By Jennifer Harris
Word&Way News Writer
“Beauty is one ugly subject,” suggests the back of Erin Davis’ new book graffiti. Like many young women, Davis spent years battling a negative body image.
“I didn’t understand why I didn’t look like the examples of beauty in culture,” she said.
Davis began to question her worth, which led to an eating disorder. But losing weight only added to the problem.
“It seemed the skinnier I became, the more I struggled,” she said.
“I knew the Lord, but I failed to look at what Scripture said.”
When one of the girls in the church youth group asked her to teach a study on beauty, she immediately said “no.”
Davis believed she had nothing to say on the subject since it was such a personal issue for her. “But God had different plans,” she said.
The six-week Bible study “changed my life — it changed their lives,” Davis said.
The study was an in-depth look at what the Bible says about matters of beauty and a person’s value.
Others began noticing a difference in those who were a part of the study, and Davis began receiving invitations to speak to other groups.
Davis, along with her husband Jason, founded Graffiti Ministries, “an organization dedicated to addressing the issues of identity, worth and true beauty in the lives of young women.”
Davis also assists Jason in his role as youth minister at National Heights Baptist Church in Springfield.
As more people seemed interested in the study, Davis began talking to Moody Publishers, who decided to release the message in her new book graffiti.
She admits in the book’s introduction that people often find the title perplexing.
“Over the years, I have come to admire graffiti as a beautiful art form,” she explains. “I am intrigued by the shapes and colors painted on train cars and bridges….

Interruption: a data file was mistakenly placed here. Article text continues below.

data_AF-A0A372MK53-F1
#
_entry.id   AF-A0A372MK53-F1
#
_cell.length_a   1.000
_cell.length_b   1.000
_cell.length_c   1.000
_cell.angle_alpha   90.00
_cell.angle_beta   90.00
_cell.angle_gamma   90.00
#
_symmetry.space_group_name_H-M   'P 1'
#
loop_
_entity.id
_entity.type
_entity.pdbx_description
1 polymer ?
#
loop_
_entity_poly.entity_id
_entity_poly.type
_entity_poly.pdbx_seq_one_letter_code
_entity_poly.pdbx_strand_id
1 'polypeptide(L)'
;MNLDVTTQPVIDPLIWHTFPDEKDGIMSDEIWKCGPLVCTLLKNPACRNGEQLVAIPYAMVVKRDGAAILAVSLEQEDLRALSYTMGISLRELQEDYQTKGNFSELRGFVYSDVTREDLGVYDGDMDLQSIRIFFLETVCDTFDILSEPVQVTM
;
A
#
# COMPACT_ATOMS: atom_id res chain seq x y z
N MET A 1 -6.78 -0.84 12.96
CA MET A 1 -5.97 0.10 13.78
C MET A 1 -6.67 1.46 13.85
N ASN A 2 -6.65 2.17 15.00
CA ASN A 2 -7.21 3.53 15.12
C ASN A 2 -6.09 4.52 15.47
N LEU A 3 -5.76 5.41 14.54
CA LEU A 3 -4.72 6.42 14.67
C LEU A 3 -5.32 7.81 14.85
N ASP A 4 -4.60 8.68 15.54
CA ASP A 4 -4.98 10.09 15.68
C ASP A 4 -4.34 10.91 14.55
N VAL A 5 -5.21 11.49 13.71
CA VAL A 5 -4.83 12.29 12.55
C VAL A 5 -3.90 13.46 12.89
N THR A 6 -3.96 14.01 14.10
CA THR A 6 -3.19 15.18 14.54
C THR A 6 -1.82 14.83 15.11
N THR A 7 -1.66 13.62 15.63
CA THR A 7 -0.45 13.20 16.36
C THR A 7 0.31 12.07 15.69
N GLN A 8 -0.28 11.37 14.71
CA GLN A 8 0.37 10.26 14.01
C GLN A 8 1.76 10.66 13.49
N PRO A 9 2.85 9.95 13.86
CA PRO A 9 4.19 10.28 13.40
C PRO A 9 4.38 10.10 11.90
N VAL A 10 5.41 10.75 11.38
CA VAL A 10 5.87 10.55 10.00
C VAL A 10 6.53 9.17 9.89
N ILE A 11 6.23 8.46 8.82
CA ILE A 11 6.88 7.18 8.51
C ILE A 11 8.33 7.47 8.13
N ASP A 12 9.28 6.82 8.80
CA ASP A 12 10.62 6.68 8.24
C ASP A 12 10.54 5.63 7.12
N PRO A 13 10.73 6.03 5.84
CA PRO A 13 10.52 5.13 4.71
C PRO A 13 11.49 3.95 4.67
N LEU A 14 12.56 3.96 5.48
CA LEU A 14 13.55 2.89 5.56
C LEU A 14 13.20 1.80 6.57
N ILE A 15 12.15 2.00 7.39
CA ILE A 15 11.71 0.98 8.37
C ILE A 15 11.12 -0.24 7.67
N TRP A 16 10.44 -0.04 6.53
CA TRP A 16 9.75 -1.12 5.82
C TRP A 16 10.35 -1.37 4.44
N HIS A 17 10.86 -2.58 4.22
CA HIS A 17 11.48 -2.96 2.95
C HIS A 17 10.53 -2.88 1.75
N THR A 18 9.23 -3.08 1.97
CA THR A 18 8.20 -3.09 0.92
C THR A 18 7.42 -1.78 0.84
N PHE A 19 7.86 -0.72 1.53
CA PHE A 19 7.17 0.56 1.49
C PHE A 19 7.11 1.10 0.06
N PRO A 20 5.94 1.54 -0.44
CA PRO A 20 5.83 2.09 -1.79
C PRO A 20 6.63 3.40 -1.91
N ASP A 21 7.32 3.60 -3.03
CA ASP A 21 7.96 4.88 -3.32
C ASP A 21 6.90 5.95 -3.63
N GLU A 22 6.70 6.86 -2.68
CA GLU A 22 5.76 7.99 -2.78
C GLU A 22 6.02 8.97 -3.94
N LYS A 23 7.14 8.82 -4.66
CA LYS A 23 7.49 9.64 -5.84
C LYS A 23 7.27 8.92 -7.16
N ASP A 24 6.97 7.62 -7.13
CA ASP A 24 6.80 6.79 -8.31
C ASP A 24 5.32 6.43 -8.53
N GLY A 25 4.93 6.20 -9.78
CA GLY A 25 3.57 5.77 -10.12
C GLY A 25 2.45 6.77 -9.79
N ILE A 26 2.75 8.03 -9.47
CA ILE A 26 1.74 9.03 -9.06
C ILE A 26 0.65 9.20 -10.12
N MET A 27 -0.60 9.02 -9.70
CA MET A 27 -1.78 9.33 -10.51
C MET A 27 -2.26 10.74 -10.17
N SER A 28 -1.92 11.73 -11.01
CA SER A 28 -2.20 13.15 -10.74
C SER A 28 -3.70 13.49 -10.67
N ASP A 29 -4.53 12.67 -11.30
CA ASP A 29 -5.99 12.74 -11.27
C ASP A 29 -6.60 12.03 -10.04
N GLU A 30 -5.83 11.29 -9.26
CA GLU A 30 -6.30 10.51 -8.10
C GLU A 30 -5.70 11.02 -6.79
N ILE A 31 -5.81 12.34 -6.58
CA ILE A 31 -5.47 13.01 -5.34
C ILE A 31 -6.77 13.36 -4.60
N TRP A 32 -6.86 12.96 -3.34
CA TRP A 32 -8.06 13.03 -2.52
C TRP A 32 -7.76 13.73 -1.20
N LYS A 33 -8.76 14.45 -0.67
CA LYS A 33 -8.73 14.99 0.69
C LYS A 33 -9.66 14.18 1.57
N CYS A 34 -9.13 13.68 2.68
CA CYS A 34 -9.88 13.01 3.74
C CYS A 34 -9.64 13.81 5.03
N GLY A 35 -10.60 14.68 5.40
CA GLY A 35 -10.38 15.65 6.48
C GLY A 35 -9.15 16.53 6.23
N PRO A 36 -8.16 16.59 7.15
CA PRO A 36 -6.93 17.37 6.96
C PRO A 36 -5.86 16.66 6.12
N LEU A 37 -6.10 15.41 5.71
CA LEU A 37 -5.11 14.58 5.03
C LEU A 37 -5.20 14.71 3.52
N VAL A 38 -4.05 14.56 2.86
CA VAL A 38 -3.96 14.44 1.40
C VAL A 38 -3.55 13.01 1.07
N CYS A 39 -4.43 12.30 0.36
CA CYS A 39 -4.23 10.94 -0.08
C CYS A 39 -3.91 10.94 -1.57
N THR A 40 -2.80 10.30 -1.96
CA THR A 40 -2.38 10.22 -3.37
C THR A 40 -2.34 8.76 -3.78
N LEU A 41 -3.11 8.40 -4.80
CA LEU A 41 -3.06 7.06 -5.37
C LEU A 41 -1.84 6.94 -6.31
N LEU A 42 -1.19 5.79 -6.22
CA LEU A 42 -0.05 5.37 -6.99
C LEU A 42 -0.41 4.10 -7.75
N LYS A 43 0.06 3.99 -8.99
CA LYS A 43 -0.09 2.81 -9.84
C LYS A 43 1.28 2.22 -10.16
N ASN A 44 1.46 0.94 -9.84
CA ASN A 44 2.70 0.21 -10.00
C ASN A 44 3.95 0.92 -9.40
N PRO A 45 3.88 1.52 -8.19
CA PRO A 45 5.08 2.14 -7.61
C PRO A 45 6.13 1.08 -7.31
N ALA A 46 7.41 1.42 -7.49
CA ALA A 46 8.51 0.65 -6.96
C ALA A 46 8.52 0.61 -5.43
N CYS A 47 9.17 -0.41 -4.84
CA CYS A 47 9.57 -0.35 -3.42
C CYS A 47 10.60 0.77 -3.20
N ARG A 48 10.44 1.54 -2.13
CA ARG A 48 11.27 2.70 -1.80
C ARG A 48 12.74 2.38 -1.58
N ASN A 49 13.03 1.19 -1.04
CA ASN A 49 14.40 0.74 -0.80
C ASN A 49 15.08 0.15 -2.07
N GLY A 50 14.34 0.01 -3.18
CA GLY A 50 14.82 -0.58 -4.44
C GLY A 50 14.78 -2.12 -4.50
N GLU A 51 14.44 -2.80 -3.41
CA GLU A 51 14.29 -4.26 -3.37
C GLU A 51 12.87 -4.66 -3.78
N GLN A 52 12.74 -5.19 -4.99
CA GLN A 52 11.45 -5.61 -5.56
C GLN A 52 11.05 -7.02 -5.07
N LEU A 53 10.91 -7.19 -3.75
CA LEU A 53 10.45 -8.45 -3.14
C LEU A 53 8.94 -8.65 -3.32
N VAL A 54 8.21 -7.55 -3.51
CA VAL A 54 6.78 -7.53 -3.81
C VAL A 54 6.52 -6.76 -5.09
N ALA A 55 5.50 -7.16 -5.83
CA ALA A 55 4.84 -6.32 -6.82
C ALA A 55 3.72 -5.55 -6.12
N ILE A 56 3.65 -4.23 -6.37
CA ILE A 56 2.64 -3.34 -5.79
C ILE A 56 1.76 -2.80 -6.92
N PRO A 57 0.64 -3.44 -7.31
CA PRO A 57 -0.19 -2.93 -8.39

“The world finds it hard to look past the vandalism — and I am certainly not advocating defaming public property — but while most people don’t recognize the appeal of art made with a can of spray paint instead of a brush, I have come to realize that true beauty is often found in the places where the world does not recognize worth.”
The book features journal space at the end of each of its 13 chapters, along with questions to encourage thought.
Davis said this book isn’t designed to be something you just read, but a journey with God to learn “who we are” and where our worth lies.
She hopes reading will turn into a conversation between the reader and God.
“I am so passionate about this [conversation] happening at a generational level,” she said. “I hope moms get it, as their daughters are watching.”
It isn’t enough for mothers to tell their daughters that they are beautiful.
“My mom told me I was beautiful frequently,” Davis said. “But my Mom struggled with her own beauty. You have to get it yourself before you can share it.”
Davis shares her own journey in graffiti. “It is my heart in a little book,“ she said.
Above: Author Erin Davis and her book on identity and self-worth, graffiti.